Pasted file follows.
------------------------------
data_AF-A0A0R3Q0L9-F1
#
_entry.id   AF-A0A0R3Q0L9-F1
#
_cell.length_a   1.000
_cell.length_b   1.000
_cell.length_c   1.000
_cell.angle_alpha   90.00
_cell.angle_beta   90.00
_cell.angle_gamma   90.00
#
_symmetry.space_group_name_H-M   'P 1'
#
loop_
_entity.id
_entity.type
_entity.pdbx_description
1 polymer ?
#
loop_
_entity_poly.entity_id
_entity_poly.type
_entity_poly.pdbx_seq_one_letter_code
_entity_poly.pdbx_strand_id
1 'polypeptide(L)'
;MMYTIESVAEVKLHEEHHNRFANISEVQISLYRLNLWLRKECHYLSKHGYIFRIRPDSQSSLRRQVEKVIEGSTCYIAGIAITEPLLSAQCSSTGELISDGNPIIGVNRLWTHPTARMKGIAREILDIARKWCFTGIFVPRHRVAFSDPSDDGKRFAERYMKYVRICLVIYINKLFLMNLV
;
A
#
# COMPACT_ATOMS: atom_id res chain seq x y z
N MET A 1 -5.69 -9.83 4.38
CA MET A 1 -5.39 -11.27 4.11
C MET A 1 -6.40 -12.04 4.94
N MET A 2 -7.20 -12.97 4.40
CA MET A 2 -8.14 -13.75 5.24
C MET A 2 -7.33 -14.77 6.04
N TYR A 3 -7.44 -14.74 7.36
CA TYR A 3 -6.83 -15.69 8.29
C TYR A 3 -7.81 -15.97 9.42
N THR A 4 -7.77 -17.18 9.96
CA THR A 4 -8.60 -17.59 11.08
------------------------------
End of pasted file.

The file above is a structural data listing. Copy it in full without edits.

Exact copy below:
data_AF-A0A0R3Q0L9-F1
#
_entry.id   AF-A0A0R3Q0L9-F1
#
_cell.length_a   1.000
_cell.length_b   1.000
_cell.length_c   1.000
_cell.angle_alpha   90.00
_cell.angle_beta   90.00
_cell.angle_gamma   90.00
#
_symmetry.space_group_name_H-M   'P 1'
#
loop_
_entity.id
_entity.type
_entity.pdbx_description
1 polymer ?
#
loop_
_entity_poly.entity_id
_entity_poly.type
_entity_poly.pdbx_seq_one_letter_code
_entity_poly.pdbx_strand_id
1 'polypeptide(L)'
;MMYTIESVAEVKLHEEHHNRFANISEVQISLYRLNLWLRKECHYLSKHGYIFRIRPDSQSSLRRQVEKVIEGSTCYIAGIAITEPLLSAQCSSTGELISDGNPIIGVNRLWTHPTARMKGIAREILDIARKWCFTGIFVPRHRVAFSDPSDDGKRFAERYMKYVRICLVIYINKLFLMNLV
;
A
#
# COMPACT_ATOMS: atom_id res chain seq x y z
N MET A 1 -5.69 -9.83 4.38
CA MET A 1 -5.39 -11.27 4.11
C MET A 1 -6.40 -12.04 4.94
N MET A 2 -7.20 -12.97 4.40
CA MET A 2 -8.14 -13.75 5.24
C MET A 2 -7.33 -14.77 6.04
N TYR A 3 -7.44 -14.74 7.36
CA TYR A 3 -6.83 -15.69 8.29
C TYR A 3 -7.81 -15.97 9.42
N THR A 4 -7.77 -17.18 9.96
CA THR A 4 -8.60 -17.59 11.08